Art. 178. The cargo, on being transported from shipboard to the wharf, shall be contided to the supervision of a guard, who shall accompany each lighter to the wharf. The goods shall thereupon be placed under the control of the Customs service and of the Director of the wharf, who will be required to give the corresponding discharge.

Art. 179. Owners and brokers of lighters, barges, and other craft of small tonnage, proceeding from Tumbes, Sechura, and other ports of the northern coast of Peru, shall not be required to furnish manifests and invoices, provided that they do not transport manufactured goods.

Art. 180. Goods arriving in ports of the Republic and unaccompanied by Consular invoices shall be detained in the Customs warehouse until production of such documents, but so soon as the detailed manifest is presented and the request for clearance made the goods shall be delivered to the importer, after all the packages have been previously opened and examined, and subject to a bond, deemed sufficient by the Administrator, being furnished to guarantee the payment of the established duties and surtaxes, in case, on arrival of the invoice or copy thereof, the declaration should not tally therewith.

Art. 181. Invoices of goods imported for or addressed to the Gorernment as well as postal parcels shall be exempt from the Consular visé fee.

Art. 182. To facilitate Customs operations and in case of doubt as to the interpretation of Customs formalities the Executive, after taking the advice of the Council of State, is authorized to decide thereon.

ART. 183. Should, in default of invoices or if the contents of the packages be unknown, it be impossible for the merchant to draw up the detailed manifest of the goods, he may, within six working days from the vessel's arrival, request the Administrator to cause the invoice to be established by the Controller and one Examiner, on payment of a fee of from 5 to 100 sucres, which the Administrator shall allow to them according to the importance of the supplementary work furnished. Such invoice shall be attached to the application for clearance, and the Administrator must cause the goods to be verified by an officer other than the Examiner who assisted in drawing up the invoice.

ART. 184. With the view of protecting the interests of the Treasury, all necessary formalities relative to import and export documents may be imposed on commerce.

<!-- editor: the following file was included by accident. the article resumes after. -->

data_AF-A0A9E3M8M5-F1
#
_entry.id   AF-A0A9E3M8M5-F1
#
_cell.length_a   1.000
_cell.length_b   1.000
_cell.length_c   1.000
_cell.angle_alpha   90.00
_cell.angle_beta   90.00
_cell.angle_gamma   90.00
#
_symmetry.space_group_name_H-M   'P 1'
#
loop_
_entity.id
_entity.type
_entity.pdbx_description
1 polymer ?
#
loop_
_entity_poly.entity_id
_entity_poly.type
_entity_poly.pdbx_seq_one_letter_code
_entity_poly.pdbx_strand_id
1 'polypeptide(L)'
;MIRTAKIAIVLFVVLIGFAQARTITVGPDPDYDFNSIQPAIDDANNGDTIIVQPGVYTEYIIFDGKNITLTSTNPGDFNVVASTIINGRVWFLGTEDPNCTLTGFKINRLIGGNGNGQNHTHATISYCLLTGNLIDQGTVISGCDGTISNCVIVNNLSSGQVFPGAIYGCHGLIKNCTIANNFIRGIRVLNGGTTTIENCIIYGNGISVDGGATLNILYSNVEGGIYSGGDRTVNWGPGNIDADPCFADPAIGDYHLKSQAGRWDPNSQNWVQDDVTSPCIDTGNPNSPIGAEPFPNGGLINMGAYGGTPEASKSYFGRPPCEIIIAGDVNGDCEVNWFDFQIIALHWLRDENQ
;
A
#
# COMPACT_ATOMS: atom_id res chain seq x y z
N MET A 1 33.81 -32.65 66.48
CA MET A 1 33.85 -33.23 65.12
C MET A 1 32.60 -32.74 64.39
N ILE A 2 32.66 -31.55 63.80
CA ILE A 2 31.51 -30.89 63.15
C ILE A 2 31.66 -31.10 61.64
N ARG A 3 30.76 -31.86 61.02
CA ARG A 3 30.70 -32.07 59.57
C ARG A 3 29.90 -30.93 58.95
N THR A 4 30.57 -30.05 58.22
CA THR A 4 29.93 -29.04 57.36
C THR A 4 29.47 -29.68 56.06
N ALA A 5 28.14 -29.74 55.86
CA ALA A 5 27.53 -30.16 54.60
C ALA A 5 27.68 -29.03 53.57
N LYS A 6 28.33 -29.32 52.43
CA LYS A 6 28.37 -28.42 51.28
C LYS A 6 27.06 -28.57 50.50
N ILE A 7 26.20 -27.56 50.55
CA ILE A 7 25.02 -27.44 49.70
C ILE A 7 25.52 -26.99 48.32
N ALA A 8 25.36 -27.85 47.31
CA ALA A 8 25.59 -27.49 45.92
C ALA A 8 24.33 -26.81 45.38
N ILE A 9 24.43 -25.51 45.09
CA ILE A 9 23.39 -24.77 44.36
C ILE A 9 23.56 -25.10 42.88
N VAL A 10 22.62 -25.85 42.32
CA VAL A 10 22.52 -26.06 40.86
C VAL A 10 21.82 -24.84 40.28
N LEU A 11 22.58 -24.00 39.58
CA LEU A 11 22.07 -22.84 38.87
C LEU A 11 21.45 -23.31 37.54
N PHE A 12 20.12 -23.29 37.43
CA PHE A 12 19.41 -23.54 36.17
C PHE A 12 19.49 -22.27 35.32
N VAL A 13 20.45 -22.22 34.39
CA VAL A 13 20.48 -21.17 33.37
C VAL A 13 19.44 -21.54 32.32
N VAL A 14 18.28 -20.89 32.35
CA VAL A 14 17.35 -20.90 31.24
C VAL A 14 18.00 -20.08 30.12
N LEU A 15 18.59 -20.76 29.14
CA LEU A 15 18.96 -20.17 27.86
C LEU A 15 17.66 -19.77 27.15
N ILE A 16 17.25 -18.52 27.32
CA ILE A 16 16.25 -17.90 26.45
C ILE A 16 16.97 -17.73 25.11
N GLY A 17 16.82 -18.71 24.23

The Consular invoices addressed to the competent Ministry must be transmitted monthly to the Tribunal de Cuentas" for examination.

SECTION XIV.-TEMPORARY DISPOSITIONS.

Art. 185. The Executive is empowered to regulate imports and exports through the frontier custom-house of Macará.

Art. 186. The Executive is authorized, in concurrence with Council

of State, to increase up to 50 per cent the Customs duties fixed in the present tariff on importation of products of the soil and industry of such countries as, not having signed a Commercial Treaty with Ecuador, should apply their maximum tariff to products of the soil and industry of the Republic.

ART. 187. The Executive may, in concurrence with the Council of State, reduce the import duties leviable on sugar, alimentary pastes and flour, when the trade in these products becomes a monopoly and a cause of abuse on the part of merchants in the country.

ART. 188. All Laws and Decrees contrary to the present Law are hereby amended or repealed.

ART. 189. The Minister of Finance shall codify the articles of the present Customs Law, subject to taking into account any amendments made thereto and carefully modifying any inaccurate stipulations.

ART. 190. The present Law shall enter into force on January 1, 1904.

Alphabetical table of the goods specified in the tariff law, showing classification respectively

applicable thereto.

[graphic]

public ministers or foreign

Sucres.
1 Proh'd. diplomatic agents accredited

to the Government of Ecua-
10 0.50

dor...
10 .50 Articles imported for the serv-
9

ice of churches
10

Articles of all kinds, of silk

pure or with weft, except silk 6 .05

on bobbins and sewn cloth

ing

Articles absolutely necessary 2 Free. to municipalities for lighting

or any other public use see

article 58 of the law...
Articles imported on account

of the Government..
2 Free. | Articles, made up of cotton,
11 1.00 euch as shirts, nightshirts, col-

lars andcuffs, trousers, dresses,
10 .50 overcoats, waistcoats, etc.,
5

.03 with the exception of knitted 6

05 articles, which are specially 7

10 classed at 25 centavos per kilo

gram, and of silk-lined arti